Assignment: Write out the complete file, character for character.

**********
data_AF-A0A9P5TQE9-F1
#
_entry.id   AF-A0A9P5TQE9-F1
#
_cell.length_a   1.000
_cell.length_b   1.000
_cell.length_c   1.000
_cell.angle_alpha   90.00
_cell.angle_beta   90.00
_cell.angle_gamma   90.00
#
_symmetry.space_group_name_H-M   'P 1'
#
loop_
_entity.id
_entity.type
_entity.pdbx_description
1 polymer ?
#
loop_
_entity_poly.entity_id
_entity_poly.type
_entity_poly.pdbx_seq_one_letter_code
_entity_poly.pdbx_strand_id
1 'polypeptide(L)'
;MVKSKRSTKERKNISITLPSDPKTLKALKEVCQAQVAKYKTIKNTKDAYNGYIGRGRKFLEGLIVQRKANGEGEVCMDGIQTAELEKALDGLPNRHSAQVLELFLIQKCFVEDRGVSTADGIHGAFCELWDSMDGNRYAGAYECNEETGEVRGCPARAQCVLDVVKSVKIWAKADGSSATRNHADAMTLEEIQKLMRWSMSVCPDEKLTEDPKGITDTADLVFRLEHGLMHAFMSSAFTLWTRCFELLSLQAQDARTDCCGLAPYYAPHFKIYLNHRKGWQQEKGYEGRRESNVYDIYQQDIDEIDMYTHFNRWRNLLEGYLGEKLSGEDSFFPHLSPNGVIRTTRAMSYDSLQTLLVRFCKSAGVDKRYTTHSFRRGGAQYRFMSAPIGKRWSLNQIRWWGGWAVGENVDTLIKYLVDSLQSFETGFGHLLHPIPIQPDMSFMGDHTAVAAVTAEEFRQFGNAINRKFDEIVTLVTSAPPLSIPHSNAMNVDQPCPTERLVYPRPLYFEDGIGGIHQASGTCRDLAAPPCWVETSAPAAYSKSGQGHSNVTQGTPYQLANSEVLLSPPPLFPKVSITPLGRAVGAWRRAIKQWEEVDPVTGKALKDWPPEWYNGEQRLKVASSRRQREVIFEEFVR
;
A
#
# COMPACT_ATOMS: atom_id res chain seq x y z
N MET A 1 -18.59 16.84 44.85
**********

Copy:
data_AF-A0A9P5TQE9-F1
#
_entry.id   AF-A0A9P5TQE9-F1
#
_cell.length_a   1.000
_cell.length_b   1.000
_cell.length_c   1.000
_cell.angle_alpha   90.00
_cell.angle_beta   90.00
_cell.angle_gamma   90.00
#
_symmetry.space_group_name_H-M   'P 1'
#
loop_
_entity.id
_entity.type
_entity.pdbx_description
1 polymer ?
#
loop_
_entity_poly.entity_id
_entity_poly.type
_entity_poly.pdbx_seq_one_letter_code
_entity_poly.pdbx_strand_id
1 'polypeptide(L)'
;MVKSKRSTKERKNISITLPSDPKTLKALKEVCQAQVAKYKTIKNTKDAYNGYIGRGRKFLEGLIVQRKANGEGEVCMDGIQTAELEKALDGLPNRHSAQVLELFLIQKCFVEDRGVSTADGIHGAFCELWDSMDGNRYAGAYECNEETGEVRGCPARAQCVLDVVKSVKIWAKADGSSATRNHADAMTLEEIQKLMRWSMSVCPDEKLTEDPKGITDTADLVFRLEHGLMHAFMSSAFTLWTRCFELLSLQAQDARTDCCGLAPYYAPHFKIYLNHRKGWQQEKGYEGRRESNVYDIYQQDIDEIDMYTHFNRWRNLLEGYLGEKLSGEDSFFPHLSPNGVIRTTRAMSYDSLQTLLVRFCKSAGVDKRYTTHSFRRGGAQYRFMSAPIGKRWSLNQIRWWGGWAVGENVDTLIKYLVDSLQSFETGFGHLLHPIPIQPDMSFMGDHTAVAAVTAEEFRQFGNAINRKFDEIVTLVTSAPPLSIPHSNAMNVDQPCPTERLVYPRPLYFEDGIGGIHQASGTCRDLAAPPCWVETSAPAAYSKSGQGHSNVTQGTPYQLANSEVLLSPPPLFPKVSITPLGRAVGAWRRAIKQWEEVDPVTGKALKDWPPEWYNGEQRLKVASSRRQREVIFEEFVR
;
A
#
# COMPACT_ATOMS: atom_id res chain seq x y z
N MET A 1 -18.59 16.84 44.85